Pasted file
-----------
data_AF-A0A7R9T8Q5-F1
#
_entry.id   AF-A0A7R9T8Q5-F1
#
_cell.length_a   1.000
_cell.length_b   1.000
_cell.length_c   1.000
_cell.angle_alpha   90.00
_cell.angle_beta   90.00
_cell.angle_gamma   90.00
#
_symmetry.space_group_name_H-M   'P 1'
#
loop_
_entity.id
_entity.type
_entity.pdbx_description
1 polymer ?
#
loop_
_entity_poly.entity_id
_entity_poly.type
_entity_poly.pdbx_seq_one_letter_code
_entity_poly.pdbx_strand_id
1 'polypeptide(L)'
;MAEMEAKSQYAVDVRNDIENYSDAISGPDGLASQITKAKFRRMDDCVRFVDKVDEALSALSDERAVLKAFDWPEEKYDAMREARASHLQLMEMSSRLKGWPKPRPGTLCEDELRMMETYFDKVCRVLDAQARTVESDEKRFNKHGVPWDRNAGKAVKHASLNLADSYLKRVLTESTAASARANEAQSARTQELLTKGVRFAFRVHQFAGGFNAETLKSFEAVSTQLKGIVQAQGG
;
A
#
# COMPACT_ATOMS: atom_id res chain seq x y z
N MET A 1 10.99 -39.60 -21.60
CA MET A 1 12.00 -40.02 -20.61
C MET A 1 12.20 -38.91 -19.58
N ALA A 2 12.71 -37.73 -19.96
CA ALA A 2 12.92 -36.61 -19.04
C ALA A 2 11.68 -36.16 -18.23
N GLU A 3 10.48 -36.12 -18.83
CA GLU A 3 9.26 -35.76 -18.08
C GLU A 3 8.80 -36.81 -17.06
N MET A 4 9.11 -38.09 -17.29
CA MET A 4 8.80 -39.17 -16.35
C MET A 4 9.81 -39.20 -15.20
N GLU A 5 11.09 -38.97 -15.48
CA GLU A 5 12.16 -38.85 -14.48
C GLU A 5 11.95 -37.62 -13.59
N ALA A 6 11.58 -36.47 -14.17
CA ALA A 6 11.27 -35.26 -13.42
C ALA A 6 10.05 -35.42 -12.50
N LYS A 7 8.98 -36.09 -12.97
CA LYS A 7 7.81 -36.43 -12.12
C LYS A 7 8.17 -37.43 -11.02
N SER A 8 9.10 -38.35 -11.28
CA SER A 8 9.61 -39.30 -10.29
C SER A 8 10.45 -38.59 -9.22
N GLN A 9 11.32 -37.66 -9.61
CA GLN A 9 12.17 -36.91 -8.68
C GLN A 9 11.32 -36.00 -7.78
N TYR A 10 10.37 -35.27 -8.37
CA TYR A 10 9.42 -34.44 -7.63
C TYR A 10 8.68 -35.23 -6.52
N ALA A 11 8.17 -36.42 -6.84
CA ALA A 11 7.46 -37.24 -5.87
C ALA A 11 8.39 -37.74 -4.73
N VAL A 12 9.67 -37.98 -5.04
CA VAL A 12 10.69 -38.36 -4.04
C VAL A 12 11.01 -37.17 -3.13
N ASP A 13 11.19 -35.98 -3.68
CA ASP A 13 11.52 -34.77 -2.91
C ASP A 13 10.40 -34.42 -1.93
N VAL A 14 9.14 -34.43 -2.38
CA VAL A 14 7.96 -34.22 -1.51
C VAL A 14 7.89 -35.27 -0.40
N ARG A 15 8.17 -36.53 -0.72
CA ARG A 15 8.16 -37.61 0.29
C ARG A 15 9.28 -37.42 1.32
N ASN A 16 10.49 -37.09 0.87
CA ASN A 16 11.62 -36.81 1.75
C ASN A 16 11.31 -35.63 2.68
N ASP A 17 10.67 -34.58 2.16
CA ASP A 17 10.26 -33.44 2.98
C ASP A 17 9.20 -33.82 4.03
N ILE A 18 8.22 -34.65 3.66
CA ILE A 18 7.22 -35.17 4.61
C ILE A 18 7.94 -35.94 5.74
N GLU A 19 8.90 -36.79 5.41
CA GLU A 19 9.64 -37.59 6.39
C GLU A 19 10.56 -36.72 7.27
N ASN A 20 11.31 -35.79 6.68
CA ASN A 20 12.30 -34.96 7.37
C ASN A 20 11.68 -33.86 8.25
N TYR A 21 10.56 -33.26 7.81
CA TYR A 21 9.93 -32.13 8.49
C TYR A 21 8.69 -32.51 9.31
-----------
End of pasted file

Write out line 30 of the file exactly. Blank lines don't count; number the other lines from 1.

# COMPACT_ATOMS: atom_id res chain seq x y z